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NetworkMiner 2.4 Released

NetworkMiner 2.4

We are proud to announce the release of NetworkMiner 2.4 today! The new version comes with several improvements, such as username extraction from Kerberos traffic, better OS fingerprinting and even better Linux support.

Protocol Updates

The Kerberos v5 implementation in NetworkMiner 2.4 can be used to to extract usernames, hostnames and realms (domains) from unencrypted Kerberos requests/responses on port 88. NetworkMiner also parses and extracts usernames etc. from HTTP auth headers and SMB security blobs when they use Kerberos for authentication.

Kerberos username (Administrator) and realm (DENYDC.COM) in NetworkMiner's Host tab
Image: NetworkMiner showing extracted username (Administrator) and realm (DENYDC.COM) from the Wireshark sample capture file “Krb-contrained-delegation.cap”.

NetworkMiner also automatically attempts to parse traffic to TCP port 11371 as HTTP in order to extract GPG keys sent using the HKP protocol.

MAC Address Magic

We’ve added two new features related to MAC addresses to this release. One of them is the “MAC Age” field (showing “2000-11-09” in the previous screenshot), which is a guesstimate of how hold a device/host is based on its MAC address. This functionality uses HD Moore’s mac-ages database, which contains approximate dates for when hardware address ranges were allocated by IEEE (original concept from DeepMac).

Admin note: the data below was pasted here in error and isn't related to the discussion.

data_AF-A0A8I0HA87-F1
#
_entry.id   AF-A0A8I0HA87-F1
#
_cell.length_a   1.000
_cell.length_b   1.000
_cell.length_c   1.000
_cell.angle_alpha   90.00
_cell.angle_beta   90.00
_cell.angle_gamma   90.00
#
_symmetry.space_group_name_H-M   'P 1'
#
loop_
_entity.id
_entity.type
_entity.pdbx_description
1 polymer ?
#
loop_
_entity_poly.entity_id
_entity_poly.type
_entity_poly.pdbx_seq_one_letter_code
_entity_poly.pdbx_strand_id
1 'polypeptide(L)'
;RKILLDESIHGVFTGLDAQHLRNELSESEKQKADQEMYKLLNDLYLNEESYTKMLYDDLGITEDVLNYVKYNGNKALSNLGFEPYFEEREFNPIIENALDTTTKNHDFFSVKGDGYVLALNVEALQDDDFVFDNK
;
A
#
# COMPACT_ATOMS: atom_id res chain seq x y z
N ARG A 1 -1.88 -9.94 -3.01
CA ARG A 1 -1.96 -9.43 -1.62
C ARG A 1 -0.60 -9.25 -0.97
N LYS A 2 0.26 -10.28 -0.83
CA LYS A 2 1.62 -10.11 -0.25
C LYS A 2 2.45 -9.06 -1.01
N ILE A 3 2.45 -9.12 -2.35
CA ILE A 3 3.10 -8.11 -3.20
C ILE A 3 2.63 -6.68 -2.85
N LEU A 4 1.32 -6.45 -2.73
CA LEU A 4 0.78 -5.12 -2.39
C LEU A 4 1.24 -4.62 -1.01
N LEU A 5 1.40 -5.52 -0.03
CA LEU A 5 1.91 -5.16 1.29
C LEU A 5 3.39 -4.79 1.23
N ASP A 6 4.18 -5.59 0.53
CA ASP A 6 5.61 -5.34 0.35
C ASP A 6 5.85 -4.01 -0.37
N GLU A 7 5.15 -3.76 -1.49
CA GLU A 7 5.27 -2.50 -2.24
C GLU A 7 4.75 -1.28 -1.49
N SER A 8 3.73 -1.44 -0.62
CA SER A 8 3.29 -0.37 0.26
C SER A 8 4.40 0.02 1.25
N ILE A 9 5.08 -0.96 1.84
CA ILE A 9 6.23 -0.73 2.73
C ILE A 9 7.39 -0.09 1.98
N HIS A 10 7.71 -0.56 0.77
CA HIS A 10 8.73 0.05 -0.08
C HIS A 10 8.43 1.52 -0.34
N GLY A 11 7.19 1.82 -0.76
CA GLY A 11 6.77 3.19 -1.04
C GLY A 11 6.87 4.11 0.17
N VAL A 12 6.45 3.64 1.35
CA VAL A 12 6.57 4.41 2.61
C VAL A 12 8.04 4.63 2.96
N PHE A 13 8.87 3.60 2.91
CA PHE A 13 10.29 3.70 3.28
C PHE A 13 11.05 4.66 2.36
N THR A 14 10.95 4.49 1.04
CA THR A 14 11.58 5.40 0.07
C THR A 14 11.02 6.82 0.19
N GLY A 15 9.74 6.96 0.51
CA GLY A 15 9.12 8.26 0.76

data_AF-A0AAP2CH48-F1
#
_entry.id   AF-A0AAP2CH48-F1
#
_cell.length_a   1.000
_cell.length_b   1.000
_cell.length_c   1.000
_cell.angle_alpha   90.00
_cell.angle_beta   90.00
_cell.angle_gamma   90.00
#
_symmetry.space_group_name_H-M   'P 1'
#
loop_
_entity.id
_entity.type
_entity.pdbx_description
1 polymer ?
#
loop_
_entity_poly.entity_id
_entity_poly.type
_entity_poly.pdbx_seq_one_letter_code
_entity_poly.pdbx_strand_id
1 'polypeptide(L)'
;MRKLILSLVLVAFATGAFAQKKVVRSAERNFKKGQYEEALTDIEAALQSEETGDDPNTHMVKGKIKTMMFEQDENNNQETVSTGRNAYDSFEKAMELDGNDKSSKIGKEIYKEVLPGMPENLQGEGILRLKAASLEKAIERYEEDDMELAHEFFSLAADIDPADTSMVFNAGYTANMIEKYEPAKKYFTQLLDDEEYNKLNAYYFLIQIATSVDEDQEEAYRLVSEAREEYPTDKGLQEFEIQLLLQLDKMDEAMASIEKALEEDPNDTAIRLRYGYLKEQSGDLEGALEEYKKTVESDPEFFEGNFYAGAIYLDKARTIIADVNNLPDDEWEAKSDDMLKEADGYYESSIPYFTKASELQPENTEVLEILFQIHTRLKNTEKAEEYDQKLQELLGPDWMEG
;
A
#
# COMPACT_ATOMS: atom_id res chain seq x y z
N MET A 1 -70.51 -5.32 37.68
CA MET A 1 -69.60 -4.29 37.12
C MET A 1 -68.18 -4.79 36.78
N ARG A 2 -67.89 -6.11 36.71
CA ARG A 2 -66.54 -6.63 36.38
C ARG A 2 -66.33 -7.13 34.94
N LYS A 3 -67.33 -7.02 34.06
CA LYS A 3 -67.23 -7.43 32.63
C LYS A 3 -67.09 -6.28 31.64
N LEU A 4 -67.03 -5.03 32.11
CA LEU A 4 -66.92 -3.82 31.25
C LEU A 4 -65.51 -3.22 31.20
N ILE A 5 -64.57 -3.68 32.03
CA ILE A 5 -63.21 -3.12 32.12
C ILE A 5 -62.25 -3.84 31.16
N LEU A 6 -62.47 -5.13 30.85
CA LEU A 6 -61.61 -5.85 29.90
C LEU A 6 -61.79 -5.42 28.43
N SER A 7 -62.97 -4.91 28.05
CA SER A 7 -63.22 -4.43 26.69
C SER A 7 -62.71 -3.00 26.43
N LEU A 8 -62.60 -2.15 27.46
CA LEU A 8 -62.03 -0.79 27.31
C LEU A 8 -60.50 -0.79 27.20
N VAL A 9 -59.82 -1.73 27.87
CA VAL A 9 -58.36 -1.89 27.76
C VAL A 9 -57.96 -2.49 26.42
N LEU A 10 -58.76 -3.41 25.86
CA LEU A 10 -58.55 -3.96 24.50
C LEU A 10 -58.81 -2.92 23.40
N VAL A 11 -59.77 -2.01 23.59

The second MAC feature is a simple yet useful feature that adds links between hosts that share the same MAC address. This feature is useful for linking a host's IPv6 and IPv4 addresses with each other, but it can also be used to track if a physical host has changed its IP address. The MAC address links can be accessed by expanding the MAC address node in NetworkMiner’s Hosts tab.

IPv4 and IPv6 address with the same MAC address
Image: NetworkMiner with a PCAP file from ISTS 2012

ICS Asset Inventory

Hard Hat

We’ve put in some ground work in order to create OS fingerprinting signatures for several Industrial Control System (ICS) devices. Our signatures have been submitted and merged into Eric Kollmann’s Satori TCP database, which NetworkMiner uses to passively fingerprint hosts by examining various TCP and IP fields in the initial SYN/SYN+ACK packets of TCP sessions. The ICS devices we’ve added include PLCs, RTUs as well as rugged network equipment from vendors like ABB, Allen-Bradley, Modicon, Moxa, Phoenix Contact and Siemens. Some ICS vendors even got an icon showing their logo in the Hosts tab (see the Siemens/RUGGEDCOM device in the screenshot below) while the others got a yellow hard hat.